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In the days that followed, it experimented with more variants, like a garlic- and onion-free one for Gujarat. Some of these still exist, others were discontinued.

The turning point came in 2005, when Nestle came out with Maggi atta (whole-wheat flour) instant noodles. All over the country, atta is considered healthier than maida or refined flour which the company was using from day one.

This helped the company take the health platform. It was then that it added the tagline, 'health bhi, taste bhi' (health as well as taste).

Maggi's properties were expanded from convenience alone to include taste and health as well. That was also the time when Nestle was repositioning itself worldwide as a health and wellness company.

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Image: The turning point came in 2005, when Nestle came out with Maggi atta.
Photographs: Reuters
Tags: Maggi , Nestle

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The magic mantra of Nestle

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This positioning gave Nestle the platform to launch more products under the Maggi brand. It already had Maggi soups, sauces and coconut milk in the market, but given the strong equity of the brand, Nestle could now extend it to newer categories.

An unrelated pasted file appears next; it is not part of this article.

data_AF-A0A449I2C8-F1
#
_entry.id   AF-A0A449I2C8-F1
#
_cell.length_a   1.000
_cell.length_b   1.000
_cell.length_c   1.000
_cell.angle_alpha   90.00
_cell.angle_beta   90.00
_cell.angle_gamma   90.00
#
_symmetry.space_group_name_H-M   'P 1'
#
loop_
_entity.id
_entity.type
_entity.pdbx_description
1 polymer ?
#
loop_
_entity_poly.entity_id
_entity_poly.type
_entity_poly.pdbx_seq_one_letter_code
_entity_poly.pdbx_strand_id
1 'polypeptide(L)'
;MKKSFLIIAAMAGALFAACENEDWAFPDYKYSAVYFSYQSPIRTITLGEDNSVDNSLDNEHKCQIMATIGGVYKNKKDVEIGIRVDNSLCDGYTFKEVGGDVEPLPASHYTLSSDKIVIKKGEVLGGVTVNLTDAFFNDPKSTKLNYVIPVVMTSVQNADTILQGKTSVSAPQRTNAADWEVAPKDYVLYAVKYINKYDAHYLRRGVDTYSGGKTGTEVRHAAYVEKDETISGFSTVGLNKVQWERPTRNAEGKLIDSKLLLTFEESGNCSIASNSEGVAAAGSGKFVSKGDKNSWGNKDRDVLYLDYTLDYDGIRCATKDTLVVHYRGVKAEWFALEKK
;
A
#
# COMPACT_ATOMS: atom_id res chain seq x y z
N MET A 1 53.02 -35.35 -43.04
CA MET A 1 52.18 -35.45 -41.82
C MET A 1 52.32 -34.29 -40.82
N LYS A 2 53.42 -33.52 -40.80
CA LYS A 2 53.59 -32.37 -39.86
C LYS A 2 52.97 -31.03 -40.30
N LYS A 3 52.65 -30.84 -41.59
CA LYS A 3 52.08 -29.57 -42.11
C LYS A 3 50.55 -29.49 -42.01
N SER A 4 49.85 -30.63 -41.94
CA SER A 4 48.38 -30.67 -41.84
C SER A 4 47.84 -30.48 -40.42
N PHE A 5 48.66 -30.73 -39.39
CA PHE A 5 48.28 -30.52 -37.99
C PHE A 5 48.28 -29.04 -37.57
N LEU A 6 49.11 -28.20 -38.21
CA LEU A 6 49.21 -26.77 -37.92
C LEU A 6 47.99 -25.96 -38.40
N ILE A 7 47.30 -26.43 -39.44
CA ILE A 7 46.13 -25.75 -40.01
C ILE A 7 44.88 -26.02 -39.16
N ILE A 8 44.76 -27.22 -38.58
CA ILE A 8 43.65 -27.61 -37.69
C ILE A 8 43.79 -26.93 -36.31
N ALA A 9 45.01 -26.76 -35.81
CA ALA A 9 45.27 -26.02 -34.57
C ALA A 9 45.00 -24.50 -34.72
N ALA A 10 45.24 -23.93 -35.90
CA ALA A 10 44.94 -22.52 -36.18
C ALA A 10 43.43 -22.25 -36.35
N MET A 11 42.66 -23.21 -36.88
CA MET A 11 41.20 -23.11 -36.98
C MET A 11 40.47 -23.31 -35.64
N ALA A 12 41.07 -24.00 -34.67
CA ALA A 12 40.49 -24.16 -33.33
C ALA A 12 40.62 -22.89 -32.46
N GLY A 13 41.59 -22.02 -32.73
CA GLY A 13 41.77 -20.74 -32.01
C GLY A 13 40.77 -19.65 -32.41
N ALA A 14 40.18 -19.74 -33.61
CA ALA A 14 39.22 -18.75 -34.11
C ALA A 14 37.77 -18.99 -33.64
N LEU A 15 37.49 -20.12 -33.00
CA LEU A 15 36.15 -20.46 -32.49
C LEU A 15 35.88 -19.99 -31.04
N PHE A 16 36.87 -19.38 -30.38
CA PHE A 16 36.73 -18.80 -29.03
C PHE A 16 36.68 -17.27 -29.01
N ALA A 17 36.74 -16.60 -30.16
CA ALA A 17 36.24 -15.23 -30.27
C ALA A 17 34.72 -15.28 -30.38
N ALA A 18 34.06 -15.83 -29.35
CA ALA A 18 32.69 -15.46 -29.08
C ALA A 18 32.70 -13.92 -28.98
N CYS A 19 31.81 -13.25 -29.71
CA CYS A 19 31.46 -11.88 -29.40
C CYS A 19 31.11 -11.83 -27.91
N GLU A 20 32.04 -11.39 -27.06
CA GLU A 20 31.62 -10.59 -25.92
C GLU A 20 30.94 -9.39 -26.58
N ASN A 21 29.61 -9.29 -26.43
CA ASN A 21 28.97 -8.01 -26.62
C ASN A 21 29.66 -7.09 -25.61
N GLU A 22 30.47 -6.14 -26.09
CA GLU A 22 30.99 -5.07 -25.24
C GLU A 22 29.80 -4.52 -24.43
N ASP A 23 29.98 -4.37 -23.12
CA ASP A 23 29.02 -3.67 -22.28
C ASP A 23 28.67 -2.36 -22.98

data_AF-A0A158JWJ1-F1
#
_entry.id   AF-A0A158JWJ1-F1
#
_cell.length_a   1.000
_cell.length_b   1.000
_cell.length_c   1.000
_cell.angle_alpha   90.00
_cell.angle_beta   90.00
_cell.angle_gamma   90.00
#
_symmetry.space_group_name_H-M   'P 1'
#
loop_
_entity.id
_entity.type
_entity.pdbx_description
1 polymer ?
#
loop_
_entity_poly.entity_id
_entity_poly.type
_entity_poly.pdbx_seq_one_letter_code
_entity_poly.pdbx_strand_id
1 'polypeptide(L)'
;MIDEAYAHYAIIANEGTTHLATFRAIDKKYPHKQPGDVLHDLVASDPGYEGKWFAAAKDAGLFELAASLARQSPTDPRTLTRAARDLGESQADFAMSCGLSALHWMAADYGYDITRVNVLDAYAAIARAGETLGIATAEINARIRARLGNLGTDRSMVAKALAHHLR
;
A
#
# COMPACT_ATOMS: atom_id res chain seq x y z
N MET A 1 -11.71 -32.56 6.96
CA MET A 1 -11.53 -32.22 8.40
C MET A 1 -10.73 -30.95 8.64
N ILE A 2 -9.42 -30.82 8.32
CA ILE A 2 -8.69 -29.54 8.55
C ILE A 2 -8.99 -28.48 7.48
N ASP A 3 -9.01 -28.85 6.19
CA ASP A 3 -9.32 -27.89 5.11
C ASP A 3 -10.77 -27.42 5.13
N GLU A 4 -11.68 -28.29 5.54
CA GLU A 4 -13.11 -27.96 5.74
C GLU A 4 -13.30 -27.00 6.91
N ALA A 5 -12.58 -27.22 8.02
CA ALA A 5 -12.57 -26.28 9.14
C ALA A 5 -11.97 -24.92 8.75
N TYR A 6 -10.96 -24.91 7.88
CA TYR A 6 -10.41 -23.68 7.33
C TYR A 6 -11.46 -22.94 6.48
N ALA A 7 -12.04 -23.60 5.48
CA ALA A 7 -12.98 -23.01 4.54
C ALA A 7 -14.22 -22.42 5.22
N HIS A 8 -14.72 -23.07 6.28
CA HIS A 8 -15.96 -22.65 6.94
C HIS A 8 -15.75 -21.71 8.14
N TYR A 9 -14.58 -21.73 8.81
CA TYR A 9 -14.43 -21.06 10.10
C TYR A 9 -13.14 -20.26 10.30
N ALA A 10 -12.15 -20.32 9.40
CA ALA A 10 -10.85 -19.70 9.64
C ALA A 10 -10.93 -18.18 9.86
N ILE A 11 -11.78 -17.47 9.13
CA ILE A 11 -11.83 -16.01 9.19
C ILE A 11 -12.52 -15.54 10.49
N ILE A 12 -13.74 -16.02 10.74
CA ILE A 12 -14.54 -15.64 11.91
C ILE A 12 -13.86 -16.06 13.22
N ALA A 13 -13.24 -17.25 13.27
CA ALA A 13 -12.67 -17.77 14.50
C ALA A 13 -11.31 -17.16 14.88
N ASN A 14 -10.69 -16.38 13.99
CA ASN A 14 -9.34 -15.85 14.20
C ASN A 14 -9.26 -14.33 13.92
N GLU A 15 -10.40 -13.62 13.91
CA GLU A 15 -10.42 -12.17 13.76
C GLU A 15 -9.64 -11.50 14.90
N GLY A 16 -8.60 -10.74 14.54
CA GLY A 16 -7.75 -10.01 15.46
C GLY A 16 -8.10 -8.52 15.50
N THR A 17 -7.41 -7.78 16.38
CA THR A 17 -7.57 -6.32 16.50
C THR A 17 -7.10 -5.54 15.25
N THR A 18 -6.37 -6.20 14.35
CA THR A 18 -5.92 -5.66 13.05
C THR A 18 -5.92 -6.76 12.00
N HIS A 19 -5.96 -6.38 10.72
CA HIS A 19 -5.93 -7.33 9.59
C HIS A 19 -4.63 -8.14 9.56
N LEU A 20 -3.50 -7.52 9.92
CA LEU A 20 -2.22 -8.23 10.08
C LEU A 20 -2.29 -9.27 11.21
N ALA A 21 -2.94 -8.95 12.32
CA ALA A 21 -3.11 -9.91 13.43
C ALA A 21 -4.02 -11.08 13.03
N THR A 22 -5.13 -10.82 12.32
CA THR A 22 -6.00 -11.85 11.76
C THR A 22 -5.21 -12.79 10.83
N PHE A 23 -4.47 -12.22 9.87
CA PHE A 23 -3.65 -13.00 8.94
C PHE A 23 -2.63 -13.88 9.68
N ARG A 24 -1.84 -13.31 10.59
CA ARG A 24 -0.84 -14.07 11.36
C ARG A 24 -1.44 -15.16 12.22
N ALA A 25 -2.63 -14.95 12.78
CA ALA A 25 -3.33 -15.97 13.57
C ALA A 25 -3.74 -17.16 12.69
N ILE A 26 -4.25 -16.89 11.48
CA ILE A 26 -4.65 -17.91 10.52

Thus, about three years ago it came out with fried masala paste and pasta under the Maggi umbrella. Not all Maggi brand extensions have met with success in the past. Nestle had launched its Maggi range of pickles some years back. But the product was withdrawn.

Rivals acknowledge that Nestle's ability to come out with several variants of the same products, and in different formats, is a formidable entry barrier.

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Image: This positioning gave Nestle the platform to launch more products.
Photographs: Nicky Loh/Reuters
Tags: Maggi , Nestle

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The magic mantra of Nestle

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A leading food company struggled for many years to launch a rival to Maggi instant noodles because its experts couldn't develop a flavour that was different from the various Maggi flavours.

At the first sign of competition heating up, Nestle launched rice noodles targeted at consumers in the east and south, where rice is a staple food. To outfox rivals, Nestle extended Maggi's distribution to smaller towns and cities, simultaneously launching Maggi's value-for-money pack priced at Rs 5.

Almost 60 per cent of the FMCG volumes in the country come from price points below Rs 10. The share of such products for Nestle has improved from 21 per cent some years ago to over 30 per cent now.

Clearly, Nestle is a company that thinks on its feet.


Image: Almost 60 per cent of the FMCG volumes in the country come from price points below Rs 10.
Photographs: Nicky Loh/Reuters
Tags: Maggi , Nestle , FMCG